What Is the Uniform Partnership Act (UPA)?
The Uniform Partnership Act (UPA) provides governance for business partnerships in several U.S. states. The UPA also offers regulations governing the dissolution of a partnership when a partner dissociates.
- The Uniform Partnership Act (UPA) provides governance for business partnerships in certain U.S. states.
- Approximately 37 states abide by the Uniform Partnership Act (UPA).
- UPA applies only to general partnerships and limited liability partnerships (LLPs).
- The UPA allows for a partnership to agree to continue within 90 days after a single partner leaves the partnership. This prevents the immediate dissolution of a partnership.
- Partnership creation, liabilities, assets, and fiduciary duties are also governed by the Uniform Partnership Act.
- The latest version of the act was drafted in 1997 with amendments in 2011 and 2013.
Understanding the Uniform Partnership Act (UPA)
The implementation of the UPA operates as a statute, which is a rule passed by legislators as opposed to government agencies. The Uniform Partnership Act was created in 1914 by the National Conference of Commissioners on Uniform State Laws (NCCUSL). As of the latest iteration of the act, 37 states in the U.S. abide by it. The Uniform Partnership Act only applies to general liabilities and limited liability partnerships (LLPs). It does not apply to limited partnerships (LPs).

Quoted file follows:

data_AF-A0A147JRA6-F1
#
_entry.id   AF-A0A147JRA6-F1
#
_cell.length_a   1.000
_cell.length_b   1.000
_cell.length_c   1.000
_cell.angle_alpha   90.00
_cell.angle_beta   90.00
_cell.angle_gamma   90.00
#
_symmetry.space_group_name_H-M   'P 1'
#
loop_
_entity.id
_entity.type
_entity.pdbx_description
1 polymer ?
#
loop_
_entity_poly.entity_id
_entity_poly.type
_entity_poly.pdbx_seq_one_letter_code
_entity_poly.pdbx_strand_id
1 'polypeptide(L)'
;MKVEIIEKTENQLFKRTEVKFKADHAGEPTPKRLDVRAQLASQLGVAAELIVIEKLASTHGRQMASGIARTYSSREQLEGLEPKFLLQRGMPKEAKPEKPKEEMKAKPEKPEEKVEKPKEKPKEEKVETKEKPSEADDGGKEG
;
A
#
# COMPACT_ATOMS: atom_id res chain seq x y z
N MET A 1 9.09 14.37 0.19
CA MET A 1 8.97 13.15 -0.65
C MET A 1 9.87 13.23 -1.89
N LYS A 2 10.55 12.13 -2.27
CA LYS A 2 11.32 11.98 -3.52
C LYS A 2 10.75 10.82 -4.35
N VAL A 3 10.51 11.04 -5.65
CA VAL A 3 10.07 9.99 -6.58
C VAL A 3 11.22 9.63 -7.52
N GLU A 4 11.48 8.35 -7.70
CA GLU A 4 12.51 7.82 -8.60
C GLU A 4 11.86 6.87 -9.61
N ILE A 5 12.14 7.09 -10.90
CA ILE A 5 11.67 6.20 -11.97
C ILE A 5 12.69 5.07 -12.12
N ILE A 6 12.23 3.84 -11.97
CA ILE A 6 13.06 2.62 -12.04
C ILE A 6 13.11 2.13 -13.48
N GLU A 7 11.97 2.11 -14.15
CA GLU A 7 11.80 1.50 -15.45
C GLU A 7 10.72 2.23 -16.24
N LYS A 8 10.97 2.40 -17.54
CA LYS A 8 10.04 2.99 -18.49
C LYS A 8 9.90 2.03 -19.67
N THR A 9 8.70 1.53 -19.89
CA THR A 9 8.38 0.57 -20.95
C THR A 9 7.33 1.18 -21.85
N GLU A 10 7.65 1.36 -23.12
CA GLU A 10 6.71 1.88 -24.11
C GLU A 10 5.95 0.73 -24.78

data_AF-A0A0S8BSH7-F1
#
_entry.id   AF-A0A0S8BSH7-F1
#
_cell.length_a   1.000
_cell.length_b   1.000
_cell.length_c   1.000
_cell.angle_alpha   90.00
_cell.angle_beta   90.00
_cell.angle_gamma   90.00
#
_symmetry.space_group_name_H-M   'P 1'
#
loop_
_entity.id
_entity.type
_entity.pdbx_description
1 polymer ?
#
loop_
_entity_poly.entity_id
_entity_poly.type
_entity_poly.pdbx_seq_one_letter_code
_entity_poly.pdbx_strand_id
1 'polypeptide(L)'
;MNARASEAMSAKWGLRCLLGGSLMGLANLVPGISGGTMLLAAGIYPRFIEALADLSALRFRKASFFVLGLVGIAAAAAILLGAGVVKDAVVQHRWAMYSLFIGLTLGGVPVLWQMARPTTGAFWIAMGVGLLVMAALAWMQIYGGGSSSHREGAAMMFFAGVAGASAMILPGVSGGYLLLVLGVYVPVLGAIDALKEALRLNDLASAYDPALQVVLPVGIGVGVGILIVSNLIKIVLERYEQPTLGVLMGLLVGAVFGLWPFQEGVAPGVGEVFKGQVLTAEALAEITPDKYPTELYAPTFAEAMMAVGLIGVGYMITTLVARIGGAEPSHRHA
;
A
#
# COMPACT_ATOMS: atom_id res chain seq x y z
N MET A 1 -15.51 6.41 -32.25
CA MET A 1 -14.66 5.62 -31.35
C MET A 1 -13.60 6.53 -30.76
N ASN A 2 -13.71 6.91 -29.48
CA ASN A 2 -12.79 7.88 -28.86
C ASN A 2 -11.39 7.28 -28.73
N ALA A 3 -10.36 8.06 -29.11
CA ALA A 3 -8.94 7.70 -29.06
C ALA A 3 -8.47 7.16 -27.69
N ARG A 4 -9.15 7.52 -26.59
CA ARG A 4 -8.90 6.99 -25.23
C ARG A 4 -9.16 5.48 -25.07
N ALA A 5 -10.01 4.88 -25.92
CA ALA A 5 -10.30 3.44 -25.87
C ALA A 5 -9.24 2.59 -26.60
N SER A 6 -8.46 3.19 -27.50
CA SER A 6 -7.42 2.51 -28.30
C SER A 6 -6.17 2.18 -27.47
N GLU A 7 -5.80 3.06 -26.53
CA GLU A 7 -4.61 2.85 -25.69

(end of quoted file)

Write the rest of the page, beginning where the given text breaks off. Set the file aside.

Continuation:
The intended goal of the Uniform Partnership Act is to provide guidance to various business relationships. This typically applies to small businesses and loose partnerships as larger businesses have detailed agreements in place that govern any changes in a business. The act governs how a partnership is created, the fiduciary duties of the partnership and its partners, and defines partnership assets and liabilities.
One of the most important aspects of the UPA states that when one partner in a business leaves, a majority interest of the remaining partners can agree to continue the partnership within 90 days of the dissociation. The Uniform Partnership Act effectively saved partnerships from dissolution following a partner's dissociation.
Since the first Uniform Partnership Act was drafted in 1914, it has been revised many times, most recently in 1997. Amendments in 2011 and 2013 were added to the act to provide clarification to some of the language in the 1997 version.
Uniform Partnership Act (UPA) 1997 Revision
In 1996, the Limited Liability Partnership Amendments were promulgated and combined into the Uniform Partnership Act. In addition to the rule stating that when a partner leaves a partnership, the remaining partners have 90 days to determine if the partnership should continue or dissolve, the Uniform Partnership Act includes the following features:
- A partner in a partnership can have certain interests assigned as separate liabilities in relation to the other property in the partnership, precluding them from certain rights on assets in the partnership. As such, creditors are legally only allowed to make claims on the partner as opposed to the aggregate assets in a partnership.
- The duties of the partners in relation to their dealings in good faith are stipulated in the act. Such basic standards may not be abolished by any partner or partnership agreement.
- It outlines standards for conversions and mergers, such as changing from a partnership to a limited partnership or merging to create a new entity.
- It provides limited liability protection for general partners in a limited liability partnership.